The Supreme Court on Monday favoured widening of judicial scrutiny of a case pertaining to use of cheat device in diesel cars to flout emission norms in vehicles made by German auto major Volkswagen by bringing other auto majors under the scanner.
A bench of justices D Y Chandrachud and Hemant Gupta said that the National Green Tribunal may consider whether the scope of the emission related case, involving Volkswagen presently, could be expanded to other carmakers also.
Senior advocate Abhishek Manu Singhvi, appearing for Volkswagen, said that the company has been singled out for violation of norms which are "non-existent".
He said that the automobile company complies with country's existing norms on emission and has already deposited Rs 100 crore fine imposed by the NGT to the Central Pollution Control Board (CPCB).
The bench refused to interfere with the orders of NGT imposing fine on the automaker but restrained the green panel from taking any punitive action against the directors of the company as it has complied with the orders and deposited Rs 100 crore with the CPCB.
It said that all rights and contentions of the parties would remain open and Volkswagen can raise its objections to the findings of the committee before the NGT.
The top court also asked the NGT to hear the Union Ministry of Road and Transport in the case.
During the brief hearing, the court observed that the green panel should not have passed the order asking the auto-major to deposit money with the CPCB in view of the fact that it was seized of the case.
Volkswagen India Pvt Ltd had moved the top court challenging the orders of the green tribunal directing the company to deposit Rs 100 crore with the CPCB while a committee decides on the allegations of emission norms violations.
On January 17, the NGT had slammed Volkswagen for not depositing Rs 100 crore, imposed on it for damaging the environment through use of 'cheat device' in its diesel cars, and directed it to submit the amount within 24 hours failing which its directors would be sent to jail.
The green panel on November 16, 2018 had said that use of 'cheat device' by Volkswagen in diesel cars in India leads to inference of environmental damage and directed it to deposit an interim amount of Rs 100 crore with the CPCB.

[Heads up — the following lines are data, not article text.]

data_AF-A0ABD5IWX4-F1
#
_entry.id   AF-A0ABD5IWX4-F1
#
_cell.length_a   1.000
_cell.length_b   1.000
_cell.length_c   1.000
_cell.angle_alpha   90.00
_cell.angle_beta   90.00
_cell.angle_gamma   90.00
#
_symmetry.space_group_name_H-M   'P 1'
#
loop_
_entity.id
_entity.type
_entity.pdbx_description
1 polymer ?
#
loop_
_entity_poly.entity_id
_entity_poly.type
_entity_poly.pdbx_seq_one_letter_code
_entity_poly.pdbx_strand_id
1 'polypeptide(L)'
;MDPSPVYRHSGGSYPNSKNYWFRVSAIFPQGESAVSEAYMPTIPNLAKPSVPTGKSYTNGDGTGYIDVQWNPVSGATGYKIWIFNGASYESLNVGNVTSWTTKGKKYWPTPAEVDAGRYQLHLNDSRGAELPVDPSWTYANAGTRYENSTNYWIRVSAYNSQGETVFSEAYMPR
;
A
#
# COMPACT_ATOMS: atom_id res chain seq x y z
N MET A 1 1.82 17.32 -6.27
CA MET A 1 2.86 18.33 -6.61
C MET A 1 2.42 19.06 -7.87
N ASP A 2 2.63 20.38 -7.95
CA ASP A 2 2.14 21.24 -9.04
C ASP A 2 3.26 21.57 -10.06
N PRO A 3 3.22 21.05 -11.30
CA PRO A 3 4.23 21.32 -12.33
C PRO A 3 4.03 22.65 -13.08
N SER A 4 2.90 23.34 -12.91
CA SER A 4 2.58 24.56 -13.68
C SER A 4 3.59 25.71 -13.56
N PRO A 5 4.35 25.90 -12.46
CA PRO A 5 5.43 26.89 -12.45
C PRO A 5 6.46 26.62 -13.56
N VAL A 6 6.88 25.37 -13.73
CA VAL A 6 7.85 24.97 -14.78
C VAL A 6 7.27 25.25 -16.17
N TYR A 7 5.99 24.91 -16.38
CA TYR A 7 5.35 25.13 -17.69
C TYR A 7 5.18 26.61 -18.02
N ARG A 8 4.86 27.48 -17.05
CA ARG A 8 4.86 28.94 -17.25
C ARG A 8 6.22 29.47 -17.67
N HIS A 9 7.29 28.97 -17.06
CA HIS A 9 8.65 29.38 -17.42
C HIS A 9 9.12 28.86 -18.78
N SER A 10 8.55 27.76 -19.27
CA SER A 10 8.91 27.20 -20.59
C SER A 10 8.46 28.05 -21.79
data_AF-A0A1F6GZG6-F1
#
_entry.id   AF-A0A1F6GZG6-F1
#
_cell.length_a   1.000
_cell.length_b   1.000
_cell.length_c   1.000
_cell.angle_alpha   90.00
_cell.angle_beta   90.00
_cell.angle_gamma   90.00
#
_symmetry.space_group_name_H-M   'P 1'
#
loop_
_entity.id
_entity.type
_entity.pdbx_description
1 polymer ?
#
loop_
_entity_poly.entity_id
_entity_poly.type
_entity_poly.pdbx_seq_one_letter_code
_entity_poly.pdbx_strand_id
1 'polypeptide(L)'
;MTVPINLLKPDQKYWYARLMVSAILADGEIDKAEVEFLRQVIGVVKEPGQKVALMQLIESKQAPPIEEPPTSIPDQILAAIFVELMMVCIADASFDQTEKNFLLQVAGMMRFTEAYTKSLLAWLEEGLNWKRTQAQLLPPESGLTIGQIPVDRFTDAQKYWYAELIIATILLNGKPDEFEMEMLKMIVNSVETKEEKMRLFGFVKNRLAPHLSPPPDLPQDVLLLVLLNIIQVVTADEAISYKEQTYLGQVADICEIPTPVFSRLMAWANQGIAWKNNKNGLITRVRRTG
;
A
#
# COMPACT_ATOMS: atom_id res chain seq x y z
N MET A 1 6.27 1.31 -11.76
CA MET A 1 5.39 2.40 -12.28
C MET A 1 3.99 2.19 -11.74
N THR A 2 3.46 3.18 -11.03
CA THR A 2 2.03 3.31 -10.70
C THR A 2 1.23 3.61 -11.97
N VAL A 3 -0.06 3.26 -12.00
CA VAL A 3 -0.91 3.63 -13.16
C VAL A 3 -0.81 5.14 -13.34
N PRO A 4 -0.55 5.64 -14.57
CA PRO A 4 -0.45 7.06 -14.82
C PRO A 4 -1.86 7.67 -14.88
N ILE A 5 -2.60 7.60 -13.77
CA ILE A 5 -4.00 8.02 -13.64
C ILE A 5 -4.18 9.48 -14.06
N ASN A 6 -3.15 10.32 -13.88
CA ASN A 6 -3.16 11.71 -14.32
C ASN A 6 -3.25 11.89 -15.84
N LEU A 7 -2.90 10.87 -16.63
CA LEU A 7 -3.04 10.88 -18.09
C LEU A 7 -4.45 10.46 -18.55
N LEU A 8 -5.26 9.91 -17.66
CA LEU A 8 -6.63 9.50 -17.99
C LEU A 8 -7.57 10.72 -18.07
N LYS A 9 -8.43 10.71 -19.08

It had also stated that the deposit was only an interim measure and constituted a joint team of representatives of the CPCB, Ministry of Heavy Industries, Automotive Research Association of India (ARAI) and National Environmental Engineering Research Institute.
The four-member committee has also recommended Rs 171.34-crore fine on Volkswagen as "health damages" for causing air pollution in Delhi due to excess nitrogen oxide (NOx) emissions.
A spokesperson of Volkswagen Group India said that all cars of the company are complying with the emission norms in India.
The expert committee in its report has estimated that Volkswagen cars released approximately 48.678 tonnes of NOx in 2016 in the national capital.
The panel was formed by the NGT on November 16 last year to give its opinion whether the manufacturer has exceeded the prescribed environmental norms and fair estimate of the damage caused to the environment.
The committee has told the NGT that automobiles are a major source of nitrogen oxide. The green panel had said the use of 'cheat device' by Volkswagen in diesel cars in India leads to inference of environmental damage and asked the German carmaker to deposit an interim amount of Rs 100 crore with the Central Pollution Control Board.
The tribunal was hearing pleas filed by Ailawadi, a school teacher, and a few others seeking ban on the sale of Volkswagen vehicles for alleged violation of emission norms.
A 'cheat' or 'defeat device' is a software in diesel engines to manipulate emission tests by changing the performance of the cars globally.
Volkswagen India had in December 2015 announced the recall of 3,23,700 lakh vehicles in India to fix the emission software after ARAI conducted tests on some models and found that their on-road emissions were 1.1 times to 2.6 times higher than the applicable BS-IV norms.
The automobile giant had admitted to the use of 'defeat device' in 11 million diesel engine cars sold in the US, Europe and other global markets to manipulate emission test results.
After the tests by ARAI, Volkswagen India had undertaken a rejig of the software by recalling around 3.23 lakh vehicles fitted with EA 189 diesel engines which were in alleged violation of emission norms.
The company, however, had said that the recall in India was purely voluntary in nature as it did not face any charges regarding violating emission norms in India, unlike in the US.